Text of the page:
chronic illness, health

Excision Surgery: The Good, The Bad, and the Pill that goes Where?

When I went in to have my surgery I knew the inherent risks and had a basic understanding of what to expect. Heck, I was posting about it! I had a previous laparoscopic surgery in 2007, so I thought I was an ol’ pro! Yet, ten years of growth, ten years of aging, and a new procedure make a world of difference.

Waking up from my procedure three weeks ago, I was told that the doctor had found two hernias, some fibrous growth, endometriosis and a heart-shaped uterus. Uh, what?!

It felt like I walked into Target for dog food and walked out five-hours later.  During my post-operative consult with my doc on Thursday, she went over all the gory photographs of my gorgeously venous insides and explained in more details what my husband had tried to explain: two relatively large,  albeit occult hernias were found and repaired; a fibroid was located on my left ovary and removed, endometriosis was located on my bladder, under my uterus and other random locations (all removed to the best of everyone’s knowledge), and then a septum creating a cute heart-shape in my uterus was located and flattened.

She typed my endometriosis at Stage 2, and said that her office has seen a 5% recurrence rate. Not too shabby!  Dr. P is the best, Jacksonville Center for Repro is phenomenal! dying-gif

As a result of a the reconstruction done on my insides, Dr. P prescribed another medication on top of the pain medication we had discussed at the pre-op appointment and already filled. Keep in mind I was still groggy from my anesthesia, but when the nurse started going over the new prescription and said “you’ll take half a pill twice a day, vaginally,” I just looked at her and nodded. When we walked out, I turned to my husband and said “she wants me to put a pill WHERE?!” I could not comprehend how the heck that was going to work. And, quite frankly, after three weeks of having to self-administer this tiny little pill, I still have no clue why it is done in this manner, as my WebMD degree has bestowed upon me that there is a cream version of estrogen that works just as well as the pill form.

Anyways, all my parts have been given passing marks now and Dr. P does not believe I will have any issues with fertility due to the endometriosis, we obviously cannot rule out other issues yet since the fibroid and heart-shape uterus caught us all off-guard. Nonetheless, once I am pain-free and my uterus is fully healed in 2-3 months, I should be feeling better.

Right now the pain I am feeling, according to the doctor, is likely from the mesh used to treat the hernia hardening. So, as of Thursday, I started massaging my hernia areas daily as deep as possible to loosen the mesh. It has not hurt as much as the doctor warned me it would, so I feel lucky.medications_3

The main issue, aside from pain, that I am dealing with right now is my emotional stability. Before the surgery I was a mess due to the constant pain, but I had a light at the end of the tunnel to look forward to ahead of me. Now, I almost feel like I’ve lost a lot of my direction on this side of my surgery. You would think it would be the other way around. I do not know how to explain it. Maybe it’s a jumbling of hormones from the surgery causing an increase in my depression? All I want to do is lay in bed and sleep. It is quite pathetic. Although, I am hopeful that everything will straighten out over the next few weeks.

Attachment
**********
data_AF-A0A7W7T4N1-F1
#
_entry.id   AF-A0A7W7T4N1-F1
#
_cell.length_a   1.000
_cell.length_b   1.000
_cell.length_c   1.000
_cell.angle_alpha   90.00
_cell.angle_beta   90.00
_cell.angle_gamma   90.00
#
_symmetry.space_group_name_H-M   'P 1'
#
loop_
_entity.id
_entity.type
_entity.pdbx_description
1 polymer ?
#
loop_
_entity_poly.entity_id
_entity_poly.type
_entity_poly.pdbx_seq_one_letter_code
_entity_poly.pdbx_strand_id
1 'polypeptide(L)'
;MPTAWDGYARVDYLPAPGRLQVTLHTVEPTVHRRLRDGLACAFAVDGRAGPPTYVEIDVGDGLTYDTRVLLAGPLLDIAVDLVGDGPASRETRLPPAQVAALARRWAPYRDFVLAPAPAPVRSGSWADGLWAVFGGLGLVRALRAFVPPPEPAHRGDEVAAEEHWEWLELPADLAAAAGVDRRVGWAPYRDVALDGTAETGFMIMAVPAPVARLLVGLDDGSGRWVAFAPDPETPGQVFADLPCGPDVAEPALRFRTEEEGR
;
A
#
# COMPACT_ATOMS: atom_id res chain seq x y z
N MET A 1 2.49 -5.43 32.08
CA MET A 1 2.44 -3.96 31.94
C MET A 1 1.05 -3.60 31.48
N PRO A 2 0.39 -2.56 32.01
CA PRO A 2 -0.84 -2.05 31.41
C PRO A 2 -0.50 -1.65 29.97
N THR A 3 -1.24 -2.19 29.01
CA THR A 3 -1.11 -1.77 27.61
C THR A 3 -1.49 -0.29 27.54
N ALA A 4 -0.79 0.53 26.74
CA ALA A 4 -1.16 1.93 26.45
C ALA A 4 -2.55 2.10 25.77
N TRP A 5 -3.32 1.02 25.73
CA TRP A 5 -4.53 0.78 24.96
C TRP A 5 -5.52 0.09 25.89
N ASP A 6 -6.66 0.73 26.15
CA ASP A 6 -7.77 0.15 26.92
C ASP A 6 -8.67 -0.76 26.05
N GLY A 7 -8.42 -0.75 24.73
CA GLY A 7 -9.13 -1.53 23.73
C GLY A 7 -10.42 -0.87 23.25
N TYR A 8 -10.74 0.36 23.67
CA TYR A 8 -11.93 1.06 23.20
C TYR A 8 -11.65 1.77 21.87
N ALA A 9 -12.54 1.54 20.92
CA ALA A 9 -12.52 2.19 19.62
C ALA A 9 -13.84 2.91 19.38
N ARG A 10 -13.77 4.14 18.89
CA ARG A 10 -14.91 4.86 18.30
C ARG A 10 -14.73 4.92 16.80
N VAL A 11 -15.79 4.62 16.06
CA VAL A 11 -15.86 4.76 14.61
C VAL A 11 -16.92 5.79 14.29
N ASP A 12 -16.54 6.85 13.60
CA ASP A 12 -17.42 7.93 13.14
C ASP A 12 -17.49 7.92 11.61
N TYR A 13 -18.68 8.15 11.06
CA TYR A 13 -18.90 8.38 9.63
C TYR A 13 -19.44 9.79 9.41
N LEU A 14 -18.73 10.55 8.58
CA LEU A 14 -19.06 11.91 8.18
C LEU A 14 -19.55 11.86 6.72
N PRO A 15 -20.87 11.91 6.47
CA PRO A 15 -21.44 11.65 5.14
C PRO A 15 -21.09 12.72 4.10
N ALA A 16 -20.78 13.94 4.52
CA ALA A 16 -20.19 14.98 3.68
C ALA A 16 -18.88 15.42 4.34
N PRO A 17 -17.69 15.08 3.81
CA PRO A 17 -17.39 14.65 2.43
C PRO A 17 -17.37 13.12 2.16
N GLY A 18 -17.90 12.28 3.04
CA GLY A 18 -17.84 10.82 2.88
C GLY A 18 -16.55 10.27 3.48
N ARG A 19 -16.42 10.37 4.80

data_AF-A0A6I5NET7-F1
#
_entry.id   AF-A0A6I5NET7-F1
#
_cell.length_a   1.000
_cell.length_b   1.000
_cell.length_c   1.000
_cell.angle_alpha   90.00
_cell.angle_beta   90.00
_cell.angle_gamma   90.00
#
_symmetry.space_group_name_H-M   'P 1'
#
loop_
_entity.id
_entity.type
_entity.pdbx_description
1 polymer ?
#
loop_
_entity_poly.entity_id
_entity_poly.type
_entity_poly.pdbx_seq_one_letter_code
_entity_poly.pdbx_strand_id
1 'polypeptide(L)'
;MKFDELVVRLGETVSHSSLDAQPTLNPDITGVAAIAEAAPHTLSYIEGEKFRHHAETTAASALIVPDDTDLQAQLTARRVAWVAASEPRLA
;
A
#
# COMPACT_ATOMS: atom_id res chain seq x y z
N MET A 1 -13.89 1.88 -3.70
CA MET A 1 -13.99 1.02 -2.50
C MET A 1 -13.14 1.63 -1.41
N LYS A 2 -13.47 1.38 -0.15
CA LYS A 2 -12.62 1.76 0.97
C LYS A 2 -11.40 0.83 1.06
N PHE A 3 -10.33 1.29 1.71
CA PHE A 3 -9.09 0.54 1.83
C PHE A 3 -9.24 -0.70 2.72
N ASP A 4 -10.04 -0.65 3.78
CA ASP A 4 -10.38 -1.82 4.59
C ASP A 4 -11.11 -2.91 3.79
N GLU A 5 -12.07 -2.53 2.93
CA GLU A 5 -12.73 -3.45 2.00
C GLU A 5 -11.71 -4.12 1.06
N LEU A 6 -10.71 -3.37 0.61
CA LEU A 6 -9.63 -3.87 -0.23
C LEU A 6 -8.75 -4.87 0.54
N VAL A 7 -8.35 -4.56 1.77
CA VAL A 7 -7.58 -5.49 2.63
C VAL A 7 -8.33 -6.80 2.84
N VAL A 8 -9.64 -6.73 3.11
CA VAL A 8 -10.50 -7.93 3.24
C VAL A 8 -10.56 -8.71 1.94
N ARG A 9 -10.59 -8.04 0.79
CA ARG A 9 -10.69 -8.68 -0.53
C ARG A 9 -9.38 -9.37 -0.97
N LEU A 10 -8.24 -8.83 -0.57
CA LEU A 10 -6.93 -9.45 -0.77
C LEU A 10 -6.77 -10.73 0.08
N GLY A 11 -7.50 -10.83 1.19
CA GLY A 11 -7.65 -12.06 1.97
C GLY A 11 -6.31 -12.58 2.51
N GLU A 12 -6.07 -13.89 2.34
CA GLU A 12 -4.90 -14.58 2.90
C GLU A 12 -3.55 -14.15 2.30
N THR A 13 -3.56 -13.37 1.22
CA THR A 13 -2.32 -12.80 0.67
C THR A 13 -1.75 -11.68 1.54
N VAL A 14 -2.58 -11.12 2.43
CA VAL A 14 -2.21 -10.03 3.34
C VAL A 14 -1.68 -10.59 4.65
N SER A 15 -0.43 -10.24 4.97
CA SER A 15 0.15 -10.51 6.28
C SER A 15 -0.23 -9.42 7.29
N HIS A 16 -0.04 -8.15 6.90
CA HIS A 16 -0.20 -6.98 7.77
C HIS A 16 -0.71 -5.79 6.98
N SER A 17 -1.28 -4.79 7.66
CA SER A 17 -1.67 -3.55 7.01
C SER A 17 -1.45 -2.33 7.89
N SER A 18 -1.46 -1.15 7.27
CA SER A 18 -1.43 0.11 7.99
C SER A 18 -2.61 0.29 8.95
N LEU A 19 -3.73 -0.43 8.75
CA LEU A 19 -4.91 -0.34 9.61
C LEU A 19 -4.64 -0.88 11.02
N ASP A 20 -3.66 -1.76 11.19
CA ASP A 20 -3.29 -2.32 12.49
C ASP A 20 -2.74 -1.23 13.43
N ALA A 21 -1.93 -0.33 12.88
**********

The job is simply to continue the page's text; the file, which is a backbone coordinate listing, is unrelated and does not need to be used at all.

If you are going to get a laparoscopic excision surgery anytime in the near future, my advice to you is to give yourself as much recovery time as possible. I went back to work too soon and pushed myself to get moving way too soon. The moment I had a setback, instead of allowing myself to relax and let my body progress naturally through the recovery, I pushed harder to recover in time to return to work.

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5 thoughts on “Excision Surgery: The Good, The Bad, and the Pill that goes Where?”

  1. It’s always a rocky road after surgery, and I think part of what you’re feeling is because you feel so defined by your condition; I know I do. The just-lay-down-and-sleep prospect is overwhelming me.


    1. Yes! It’s also partly, what happens when there is no more pain? I’ve been so defined by it for over a decade the idea of being completely pain free is also challenging, as it feels as though I am losing a part of my identity.


      1. That sounds exactly right I have had this condition somewhat mildly for nearly 3 years but I already feel that it defines me, and yes without the pain you feel like you’ve lost a part of yourself. But we need to remember that we’re talented and beautiful women, who just happen to have this condition 🙂


  2. Hi, I just joined this blog. Wish you recover soon. I have been diagnosed with endometriosis, have been told it’s near my right ovary and rectum area. Have been dealing with excruciating rectal pain for last 4 years. Gastrointerlogist have advised me to get surgery done and get this removed. I am waiting for gynaecologist appointment to get her advice if it could be treated by drugs or surgery is the only option. Also I have been told it comes back even after surgery.. Any thoughts on this?


    1. My only advise would be to make sure you gynecologist is an excision specialist (I am working on a list of specialist by area/state) there are certain doctors that specialize in excision removal of endometriosis instead of the previously used ablation (or laser) removal. The excision removal has extremely low recurrence rates, my doctor gave me only a 5% chance of recurrence of endometriosis.

      Do not jump into ANY doctor performing the surgery. If you email me where you are from, I can see if there are any specialist near you 🙂


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